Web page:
Like many people, I can appreciate a good magic trick. When I was growing up television specials featuring performers such as David Copperfield, Doug Henning, as well as Penn and Teller were regular events. And in New York City you can actually walk down the street and run across street performers doing some pretty cool things.
Part of how a trick works is that its mechanics are hidden from the audience. Whether its card tricks or displays of disappearing damsels, part of the fun (and what makes the magic, magic) is attempting to answer the question,
Most magicians, understandably, don't tell you how they performed their tricks. Part of it is personal--a unique trick helps to differentiate one performer from another. Part of that reasoning is financial. If you reveal too much the audience loses interest and they stop paying to see you perform. David Copperfield, aside from being a talented illusionist, was also a wealthy one. He had a vested interest in making sure no one could decipher his tricks, going so far as to sue author Herbert L. Becker to prevent him from publishing a book in which he reveals magicians' tricks, including his own.
Aside from the above, huge part of why magician's don't reveal their tricks is that it ruins the trick. For all that the audience may want to know, there's a part of them that doesn't. Magic lies in the audience's willing suspension of disbelief. We know that people can't pull coins out of our ears, or that pretty ladies can't be sawed in half and still live, or that the Statue of Liberty really disappeared. But we're still delighted by the trick. Very few people (Penn and Teller and Ricky Jay are two that come to mind for me) can be transparent as well as entertaining.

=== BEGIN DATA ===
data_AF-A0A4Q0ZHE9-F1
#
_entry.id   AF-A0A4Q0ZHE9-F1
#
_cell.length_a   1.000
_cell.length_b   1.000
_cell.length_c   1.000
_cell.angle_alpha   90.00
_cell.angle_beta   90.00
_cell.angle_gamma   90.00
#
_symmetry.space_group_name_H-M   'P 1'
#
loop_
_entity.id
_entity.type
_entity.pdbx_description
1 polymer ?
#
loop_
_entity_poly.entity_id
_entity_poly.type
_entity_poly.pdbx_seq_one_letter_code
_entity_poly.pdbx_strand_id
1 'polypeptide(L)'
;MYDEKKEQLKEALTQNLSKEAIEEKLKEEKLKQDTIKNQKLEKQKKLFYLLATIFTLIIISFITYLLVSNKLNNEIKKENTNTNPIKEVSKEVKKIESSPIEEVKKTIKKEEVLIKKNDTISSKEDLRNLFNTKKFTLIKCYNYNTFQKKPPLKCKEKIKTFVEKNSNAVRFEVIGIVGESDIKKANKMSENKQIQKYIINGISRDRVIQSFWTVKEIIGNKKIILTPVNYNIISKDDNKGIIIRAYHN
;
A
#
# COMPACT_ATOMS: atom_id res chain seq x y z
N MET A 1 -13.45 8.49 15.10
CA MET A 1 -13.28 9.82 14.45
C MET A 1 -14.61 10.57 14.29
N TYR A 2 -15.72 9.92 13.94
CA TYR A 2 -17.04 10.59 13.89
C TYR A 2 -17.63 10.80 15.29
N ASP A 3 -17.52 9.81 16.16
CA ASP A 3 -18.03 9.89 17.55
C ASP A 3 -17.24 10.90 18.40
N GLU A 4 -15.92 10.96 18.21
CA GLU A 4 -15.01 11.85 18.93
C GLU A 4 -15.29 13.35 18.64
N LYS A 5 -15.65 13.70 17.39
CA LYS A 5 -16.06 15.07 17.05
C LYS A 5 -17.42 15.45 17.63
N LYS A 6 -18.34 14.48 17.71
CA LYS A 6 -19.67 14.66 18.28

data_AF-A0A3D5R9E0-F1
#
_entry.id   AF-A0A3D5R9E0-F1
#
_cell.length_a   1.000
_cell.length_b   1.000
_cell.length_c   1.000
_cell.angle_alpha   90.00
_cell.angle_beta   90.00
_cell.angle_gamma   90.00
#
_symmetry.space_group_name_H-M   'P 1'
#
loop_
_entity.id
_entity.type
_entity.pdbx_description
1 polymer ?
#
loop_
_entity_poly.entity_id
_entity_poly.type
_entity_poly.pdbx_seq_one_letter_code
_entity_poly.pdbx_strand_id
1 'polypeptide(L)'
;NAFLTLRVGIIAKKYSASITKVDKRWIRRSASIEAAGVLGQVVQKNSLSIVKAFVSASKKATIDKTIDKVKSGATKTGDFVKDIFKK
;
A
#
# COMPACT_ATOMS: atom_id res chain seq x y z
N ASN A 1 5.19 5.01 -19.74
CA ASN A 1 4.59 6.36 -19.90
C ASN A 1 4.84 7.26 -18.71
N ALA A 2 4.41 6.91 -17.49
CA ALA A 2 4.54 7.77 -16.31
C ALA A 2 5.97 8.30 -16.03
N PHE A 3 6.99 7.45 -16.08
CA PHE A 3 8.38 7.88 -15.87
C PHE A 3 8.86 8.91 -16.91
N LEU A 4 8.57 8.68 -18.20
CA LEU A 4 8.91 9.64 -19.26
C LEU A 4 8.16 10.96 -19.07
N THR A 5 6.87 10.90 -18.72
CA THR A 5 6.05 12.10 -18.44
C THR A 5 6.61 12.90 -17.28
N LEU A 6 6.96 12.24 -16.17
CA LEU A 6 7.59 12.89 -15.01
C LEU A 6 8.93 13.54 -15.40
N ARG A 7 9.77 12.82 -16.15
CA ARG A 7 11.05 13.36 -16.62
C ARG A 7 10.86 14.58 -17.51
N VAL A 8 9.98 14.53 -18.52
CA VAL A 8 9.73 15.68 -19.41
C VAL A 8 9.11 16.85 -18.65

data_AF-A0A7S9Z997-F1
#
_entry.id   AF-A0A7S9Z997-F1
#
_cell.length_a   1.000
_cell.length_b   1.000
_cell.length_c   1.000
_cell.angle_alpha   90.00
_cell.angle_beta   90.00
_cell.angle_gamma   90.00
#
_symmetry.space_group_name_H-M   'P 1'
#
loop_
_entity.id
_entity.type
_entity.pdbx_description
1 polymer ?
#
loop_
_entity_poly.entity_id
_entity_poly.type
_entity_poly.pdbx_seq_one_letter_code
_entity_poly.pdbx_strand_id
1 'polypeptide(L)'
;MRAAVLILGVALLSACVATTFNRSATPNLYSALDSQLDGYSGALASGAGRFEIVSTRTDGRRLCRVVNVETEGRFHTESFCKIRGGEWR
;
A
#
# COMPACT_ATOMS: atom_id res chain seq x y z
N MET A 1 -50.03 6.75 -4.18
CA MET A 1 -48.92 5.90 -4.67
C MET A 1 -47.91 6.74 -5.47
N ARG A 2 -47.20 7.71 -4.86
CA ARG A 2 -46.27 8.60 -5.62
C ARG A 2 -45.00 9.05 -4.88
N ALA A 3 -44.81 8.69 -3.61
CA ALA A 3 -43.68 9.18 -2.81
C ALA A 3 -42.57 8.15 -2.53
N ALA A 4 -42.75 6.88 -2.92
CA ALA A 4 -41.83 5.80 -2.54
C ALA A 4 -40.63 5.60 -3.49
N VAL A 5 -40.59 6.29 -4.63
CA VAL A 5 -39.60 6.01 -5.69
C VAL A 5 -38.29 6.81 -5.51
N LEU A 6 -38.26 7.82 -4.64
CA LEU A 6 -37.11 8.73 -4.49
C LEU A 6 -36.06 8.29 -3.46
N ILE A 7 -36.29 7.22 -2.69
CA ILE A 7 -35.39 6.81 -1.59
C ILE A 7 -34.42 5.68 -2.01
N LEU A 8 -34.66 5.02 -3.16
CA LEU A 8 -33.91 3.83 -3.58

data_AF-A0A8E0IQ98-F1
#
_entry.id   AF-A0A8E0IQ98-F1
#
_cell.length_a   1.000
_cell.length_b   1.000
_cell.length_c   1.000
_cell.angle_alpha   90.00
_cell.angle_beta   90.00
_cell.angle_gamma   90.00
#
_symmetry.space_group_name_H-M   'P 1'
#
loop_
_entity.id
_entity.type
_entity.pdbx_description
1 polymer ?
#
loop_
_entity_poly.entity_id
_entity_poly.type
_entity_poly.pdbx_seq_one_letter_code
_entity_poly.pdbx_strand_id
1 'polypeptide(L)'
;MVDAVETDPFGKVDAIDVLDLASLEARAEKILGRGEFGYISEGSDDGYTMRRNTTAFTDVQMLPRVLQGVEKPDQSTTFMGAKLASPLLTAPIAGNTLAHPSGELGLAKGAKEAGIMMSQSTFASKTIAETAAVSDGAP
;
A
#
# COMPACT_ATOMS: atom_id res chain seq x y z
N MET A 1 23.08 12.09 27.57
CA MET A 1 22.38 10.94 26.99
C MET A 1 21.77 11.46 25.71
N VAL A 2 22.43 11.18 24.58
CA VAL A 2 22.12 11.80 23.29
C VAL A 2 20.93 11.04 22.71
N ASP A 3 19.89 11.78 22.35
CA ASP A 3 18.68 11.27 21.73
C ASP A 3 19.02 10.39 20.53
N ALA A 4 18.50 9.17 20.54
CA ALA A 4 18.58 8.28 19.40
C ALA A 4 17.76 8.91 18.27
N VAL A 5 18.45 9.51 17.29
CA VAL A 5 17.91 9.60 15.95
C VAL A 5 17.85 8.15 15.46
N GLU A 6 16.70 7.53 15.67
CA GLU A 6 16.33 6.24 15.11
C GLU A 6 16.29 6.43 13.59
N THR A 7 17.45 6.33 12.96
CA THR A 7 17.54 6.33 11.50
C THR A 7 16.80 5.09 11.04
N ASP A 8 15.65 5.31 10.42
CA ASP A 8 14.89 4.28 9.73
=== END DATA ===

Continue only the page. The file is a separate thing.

In the customer service world a lot has changed. Yet satisfying consumer demand hasn't, it's only increased. Consumers have a variety of different ways to gather information about a brand. And company's feel pressured to reveal as much about themselves as reasonable, lest others do it for them. "Engagement" is the mantra of today. Having a presence online (whether to provide information, interact with others, or to allow customers to shop) is an important and ever growing part of a company's strategy. Rating systems, customer review sites, blogs that are for or against a certain brand make it seem that, in essence, customers are less willing to suspend their disbelief. With the amount of information produced and disseminated online it's increasingly difficult for an organization to provide a magical experience.
As a Consultant, I'm not providing customer service in the same fashion as a Barista at Starbucks. I do however attempt to utilize my knowledge, skills and abilities in a similar fashion for the clients I work with. They have demands of me that I attempt to meet, and I endeavor do so in a fashion that goes above and beyond simply performing a transaction. I also work with organizations whose focus is to provide services to a particular audience. So part of my mission is supporting the client's attempt at delivering a magical experience.
What can organizations and consultants do to ensure great customer service experiences? Here are a few suggestions: